Direct detection of a magnetic field in the photosphere of the single M giant EK Bootis⋆
How common is magnetic activity among M giants?
Institute of Astronomy, Bulgarian Academy of Sciences,
72 Tsarigradsko shose,
2 Laboratoire d’Astrophysique de Toulouse-Tarbes, Université de Toulouse, CNRS, Observatoire Midi Pyrénés, 57 Avenue d’Azereix, 65008 Tarbes, France
3 Observatoire Astronomique de l’Université de Genève, 51 Chemin des Maillettes, 1290 Versoix, Switzerland
4 Sobolev Astronomical Institute, St. Petersburg State University, Universitetski pr. 28, St. Petersburg 198504, Russia
5 Departamento de Astronomia, Universidad de Guanajuato, A.P. 144, C.P. 36000, GTO, Mexico
6 Laboratoire d’Astrophysique de Grenoble, Université Joseph Fourier-CNRS, BP 53, 38041 Grenoble Cedex 9, France
Received: 25 March 2010
Accepted: 1 September 2010
Aims. We study the fast rotating M 5 giant EK Boo by means of spectropolarimetry to obtain direct and simultaneous measurements of both the magnetic field and activity indicators, in order to infer the origin of the activity in this fairly evolved giant.
Methods. We used the new spectropolarimeter NARVAL at the Bernard Lyot Telescope (Observatoire du Pic du Midi, France) to obtain a series of Stokes I and Stokes V profiles for EK Boo. Using the least square deconvolution (LSD) technique we were able to detect the Zeeman signature of the magnetic field. We measured its longitudinal component by means of the averaged Stokes V and Stokes I profiles. The spectra also permitted us to monitor the Ca ii K&H chromospheric emission lines, which are well known as indicators of stellar magnetic activity.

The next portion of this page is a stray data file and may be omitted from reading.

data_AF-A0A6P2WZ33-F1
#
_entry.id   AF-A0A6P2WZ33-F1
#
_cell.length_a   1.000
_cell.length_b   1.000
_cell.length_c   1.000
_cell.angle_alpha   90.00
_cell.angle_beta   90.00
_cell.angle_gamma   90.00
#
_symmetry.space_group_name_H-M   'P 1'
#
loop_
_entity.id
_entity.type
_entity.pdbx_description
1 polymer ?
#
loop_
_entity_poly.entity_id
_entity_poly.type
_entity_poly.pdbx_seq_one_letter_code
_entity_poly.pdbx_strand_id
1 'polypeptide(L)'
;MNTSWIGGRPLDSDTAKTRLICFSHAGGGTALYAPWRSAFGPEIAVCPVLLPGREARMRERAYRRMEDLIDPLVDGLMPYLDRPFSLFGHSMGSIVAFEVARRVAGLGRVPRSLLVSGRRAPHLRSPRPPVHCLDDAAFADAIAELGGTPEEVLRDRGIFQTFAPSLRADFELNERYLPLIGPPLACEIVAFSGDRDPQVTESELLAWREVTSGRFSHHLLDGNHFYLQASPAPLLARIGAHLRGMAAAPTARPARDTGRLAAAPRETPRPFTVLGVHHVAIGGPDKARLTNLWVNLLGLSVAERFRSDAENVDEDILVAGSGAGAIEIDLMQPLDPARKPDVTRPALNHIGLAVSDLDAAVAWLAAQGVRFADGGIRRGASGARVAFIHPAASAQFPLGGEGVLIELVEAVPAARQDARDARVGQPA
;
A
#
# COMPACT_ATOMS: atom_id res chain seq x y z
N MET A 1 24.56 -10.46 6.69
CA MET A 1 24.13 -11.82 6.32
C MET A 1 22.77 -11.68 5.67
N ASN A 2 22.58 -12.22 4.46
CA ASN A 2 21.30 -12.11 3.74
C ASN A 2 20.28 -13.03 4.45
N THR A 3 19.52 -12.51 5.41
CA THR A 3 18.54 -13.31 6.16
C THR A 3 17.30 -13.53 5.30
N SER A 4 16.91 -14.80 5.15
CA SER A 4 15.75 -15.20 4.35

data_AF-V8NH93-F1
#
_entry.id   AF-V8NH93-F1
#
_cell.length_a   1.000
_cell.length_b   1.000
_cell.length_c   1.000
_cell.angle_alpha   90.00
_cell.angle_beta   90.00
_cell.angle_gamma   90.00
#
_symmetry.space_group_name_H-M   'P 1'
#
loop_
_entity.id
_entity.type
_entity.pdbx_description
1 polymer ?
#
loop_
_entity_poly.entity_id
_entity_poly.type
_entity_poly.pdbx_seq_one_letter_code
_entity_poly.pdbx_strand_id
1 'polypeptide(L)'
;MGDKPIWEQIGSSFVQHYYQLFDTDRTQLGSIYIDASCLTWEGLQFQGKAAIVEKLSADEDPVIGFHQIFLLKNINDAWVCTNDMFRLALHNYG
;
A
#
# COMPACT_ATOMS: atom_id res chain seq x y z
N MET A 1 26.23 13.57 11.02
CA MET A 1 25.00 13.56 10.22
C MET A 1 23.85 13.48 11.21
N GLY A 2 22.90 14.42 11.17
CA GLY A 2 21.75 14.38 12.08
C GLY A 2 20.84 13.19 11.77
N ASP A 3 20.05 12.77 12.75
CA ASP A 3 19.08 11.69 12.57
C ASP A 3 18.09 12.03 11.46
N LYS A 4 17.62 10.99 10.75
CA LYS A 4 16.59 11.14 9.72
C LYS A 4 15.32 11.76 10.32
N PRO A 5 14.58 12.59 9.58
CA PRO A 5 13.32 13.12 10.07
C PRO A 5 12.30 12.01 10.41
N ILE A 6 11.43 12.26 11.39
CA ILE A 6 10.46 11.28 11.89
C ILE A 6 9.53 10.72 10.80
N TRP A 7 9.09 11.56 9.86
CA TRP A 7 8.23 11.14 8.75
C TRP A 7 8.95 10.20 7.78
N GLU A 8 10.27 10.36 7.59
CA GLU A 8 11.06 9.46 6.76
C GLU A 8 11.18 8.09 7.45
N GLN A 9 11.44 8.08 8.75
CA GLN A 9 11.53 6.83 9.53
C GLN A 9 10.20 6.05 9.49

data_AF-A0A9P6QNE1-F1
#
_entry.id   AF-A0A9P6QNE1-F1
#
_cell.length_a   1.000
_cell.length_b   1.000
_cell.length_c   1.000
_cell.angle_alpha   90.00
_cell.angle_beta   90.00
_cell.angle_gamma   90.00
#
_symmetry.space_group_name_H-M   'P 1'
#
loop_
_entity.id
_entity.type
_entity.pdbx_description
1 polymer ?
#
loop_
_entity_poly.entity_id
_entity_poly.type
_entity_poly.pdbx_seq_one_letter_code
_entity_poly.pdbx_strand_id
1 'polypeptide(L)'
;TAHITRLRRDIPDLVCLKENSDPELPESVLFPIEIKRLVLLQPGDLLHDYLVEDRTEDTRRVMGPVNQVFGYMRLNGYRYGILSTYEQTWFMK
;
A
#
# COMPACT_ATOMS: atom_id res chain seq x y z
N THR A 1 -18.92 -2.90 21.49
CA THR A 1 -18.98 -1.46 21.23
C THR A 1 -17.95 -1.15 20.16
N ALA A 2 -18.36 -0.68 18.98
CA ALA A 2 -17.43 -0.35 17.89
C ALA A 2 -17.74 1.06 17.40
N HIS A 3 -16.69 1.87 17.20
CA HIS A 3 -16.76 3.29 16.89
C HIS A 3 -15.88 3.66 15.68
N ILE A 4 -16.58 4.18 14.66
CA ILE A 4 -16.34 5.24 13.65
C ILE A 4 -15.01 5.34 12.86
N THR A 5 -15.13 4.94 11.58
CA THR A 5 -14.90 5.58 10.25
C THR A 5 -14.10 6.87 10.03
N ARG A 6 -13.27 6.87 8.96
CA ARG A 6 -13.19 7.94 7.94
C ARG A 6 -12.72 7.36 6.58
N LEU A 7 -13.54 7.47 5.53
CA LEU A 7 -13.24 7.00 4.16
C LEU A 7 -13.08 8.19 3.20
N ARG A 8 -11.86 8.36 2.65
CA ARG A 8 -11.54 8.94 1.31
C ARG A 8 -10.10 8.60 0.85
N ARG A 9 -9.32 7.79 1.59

Results. From ten observations obtained between April 2008 and March 2009, we deduce that EK Boo has a magnetic field, which varied in the range of − 0.1 to − 8 G. On March 13, 2009, a complex structure of Stokes V was observed, which might indicate a dynamo. We also determined the initial mass and evolutionary stage of EK Boo, based on up-to-date stellar evolution tracks. The initial mass is in the range of 2.0 − 3.6 M⊙, and EK Boo is either on the asymptotic giant branch (AGB), at the onset of the thermal pulse phase, or at the tip of the first (or red) giant branch (RGB). The fast rotation and activity of EK Boo might be explained by angular momentum dredge-up from the interior, or by the merging of a binary.
In addition, we observed eight other M giants, which are known as X-ray emitters, or to be rotating fast for their class. For one of these, β And, presumably also an AGB star, we have a marginal detection of magnetic field, and a longitudinal component Bl of about 1 G was measured. More observations like this will answer the question whether EK Boo is a special case, or whether magnetic activity is, rather, more common among M giants than expected.
Key words: dynamo / magnetic fields / instrumentation: polarimeters / techniques: polarimetric / starts: activity / stars: evolution
© ESO, 2010